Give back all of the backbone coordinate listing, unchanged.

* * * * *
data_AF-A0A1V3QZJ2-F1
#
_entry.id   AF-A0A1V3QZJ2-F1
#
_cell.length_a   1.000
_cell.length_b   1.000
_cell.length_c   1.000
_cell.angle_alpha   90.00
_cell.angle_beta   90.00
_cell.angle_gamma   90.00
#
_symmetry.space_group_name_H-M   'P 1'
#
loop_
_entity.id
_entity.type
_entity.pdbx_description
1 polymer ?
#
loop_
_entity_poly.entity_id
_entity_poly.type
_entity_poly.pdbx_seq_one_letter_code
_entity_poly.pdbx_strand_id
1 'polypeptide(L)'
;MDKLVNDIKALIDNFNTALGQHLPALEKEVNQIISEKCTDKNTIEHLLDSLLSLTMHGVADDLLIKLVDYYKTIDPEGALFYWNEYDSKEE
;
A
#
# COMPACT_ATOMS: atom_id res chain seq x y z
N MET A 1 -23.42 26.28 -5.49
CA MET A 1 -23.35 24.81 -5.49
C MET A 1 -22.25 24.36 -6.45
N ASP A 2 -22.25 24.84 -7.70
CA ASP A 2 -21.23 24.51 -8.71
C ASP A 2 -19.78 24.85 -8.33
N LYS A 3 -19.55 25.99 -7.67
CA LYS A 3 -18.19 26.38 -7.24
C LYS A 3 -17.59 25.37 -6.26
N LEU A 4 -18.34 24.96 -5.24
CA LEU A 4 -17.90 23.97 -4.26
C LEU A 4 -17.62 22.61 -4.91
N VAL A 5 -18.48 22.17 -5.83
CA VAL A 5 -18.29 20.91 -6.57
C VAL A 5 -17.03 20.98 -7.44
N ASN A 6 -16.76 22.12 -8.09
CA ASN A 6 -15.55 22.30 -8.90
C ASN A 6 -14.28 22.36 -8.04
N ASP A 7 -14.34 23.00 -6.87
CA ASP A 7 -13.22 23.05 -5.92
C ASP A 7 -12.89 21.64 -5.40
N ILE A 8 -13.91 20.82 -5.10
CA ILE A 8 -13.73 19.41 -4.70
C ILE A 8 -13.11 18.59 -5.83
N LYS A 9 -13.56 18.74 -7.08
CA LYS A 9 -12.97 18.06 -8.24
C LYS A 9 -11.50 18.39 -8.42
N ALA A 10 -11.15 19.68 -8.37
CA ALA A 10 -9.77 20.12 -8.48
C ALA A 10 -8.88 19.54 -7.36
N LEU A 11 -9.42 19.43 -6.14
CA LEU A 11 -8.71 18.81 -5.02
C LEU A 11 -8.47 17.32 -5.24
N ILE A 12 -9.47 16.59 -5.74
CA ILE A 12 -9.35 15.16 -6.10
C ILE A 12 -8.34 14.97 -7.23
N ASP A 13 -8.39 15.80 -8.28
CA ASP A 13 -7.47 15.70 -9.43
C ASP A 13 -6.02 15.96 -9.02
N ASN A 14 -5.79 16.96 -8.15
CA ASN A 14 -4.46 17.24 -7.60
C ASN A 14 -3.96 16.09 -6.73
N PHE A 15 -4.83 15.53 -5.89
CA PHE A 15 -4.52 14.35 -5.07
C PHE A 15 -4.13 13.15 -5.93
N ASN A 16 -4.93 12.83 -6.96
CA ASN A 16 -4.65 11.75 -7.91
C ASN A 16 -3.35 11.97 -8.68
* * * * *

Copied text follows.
data_AF-A0A1V3QZJ2-F1
#
_entry.id   AF-A0A1V3QZJ2-F1
#
_cell.length_a   1.000
_cell.length_b   1.000
_cell.length_c   1.000
_cell.angle_alpha   90.00
_cell.angle_beta   90.00
_cell.angle_gamma   90.00
#
_symmetry.space_group_name_H-M   'P 1'
#
loop_
_entity.id
_entity.type
_entity.pdbx_description
1 polymer ?
#
loop_
_entity_poly.entity_id
_entity_poly.type
_entity_poly.pdbx_seq_one_letter_code
_entity_poly.pdbx_strand_id
1 'polypeptide(L)'
;MDKLVNDIKALIDNFNTALGQHLPALEKEVNQIISEKCTDKNTIEHLLDSLLSLTMHGVADDLLIKLVDYYKTIDPEGALFYWNEYDSKEE
;
A
#
# COMPACT_ATOMS: atom_id res chain seq x y z
N MET A 1 -23.42 26.28 -5.49
CA MET A 1 -23.35 24.81 -5.49
C MET A 1 -22.25 24.36 -6.45
N ASP A 2 -22.25 24.84 -7.70
CA ASP A 2 -21.23 24.51 -8.71
C ASP A 2 -19.78 24.85 -8.33
N LYS A 3 -19.55 25.99 -7.67
CA LYS A 3 -18.19 26.38 -7.24
C LYS A 3 -17.59 25.37 -6.26
N LEU A 4 -18.34 24.96 -5.24
CA LEU A 4 -17.90 23.97 -4.26
C LEU A 4 -17.62 22.61 -4.91
N VAL A 5 -18.48 22.17 -5.83
CA VAL A 5 -18.29 20.91 -6.57
C VAL A 5 -17.03 20.98 -7.44
N ASN A 6 -16.76 22.12 -8.09
CA ASN A 6 -15.55 22.30 -8.90
C ASN A 6 -14.28 22.36 -8.04
N ASP A 7 -14.34 23.00 -6.87
CA ASP A 7 -13.22 23.05 -5.92
C ASP A 7 -12.89 21.64 -5.40
N ILE A 8 -13.91 20.82 -5.10
CA ILE A 8 -13.73 19.41 -4.70
C ILE A 8 -13.11 18.59 -5.83
N LYS A 9 -13.56 18.74 -7.08
CA LYS A 9 -12.97 18.06 -8.24
C LYS A 9 -11.50 18.39 -8.42
N ALA A 10 -11.15 19.68 -8.37
CA ALA A 10 -9.77 20.12 -8.48
C ALA A 10 -8.88 19.54 -7.36
N LEU A 11 -9.42 19.43 -6.14
CA LEU A 11 -8.71 18.81 -5.02
C LEU A 11 -8.47 17.32 -5.24
N ILE A 12 -9.47 16.59 -5.74
CA ILE A 12 -9.35 15.16 -6.10
C ILE A 12 -8.34 14.97 -7.23
N ASP A 13 -8.39 15.80 -8.28
CA ASP A 13 -7.47 15.70 -9.43
C ASP A 13 -6.02 15.96 -9.02
N ASN A 14 -5.79 16.96 -8.15
CA ASN A 14 -4.46 17.24 -7.60
C ASN A 14 -3.96 16.09 -6.73
N PHE A 15 -4.83 15.53 -5.89
CA PHE A 15 -4.52 14.35 -5.07
C PHE A 15 -4.13 13.15 -5.93
N ASN A 16 -4.93 12.83 -6.96
CA ASN A 16 -4.65 11.75 -7.91
C ASN A 16 -3.35 11.97 -8.68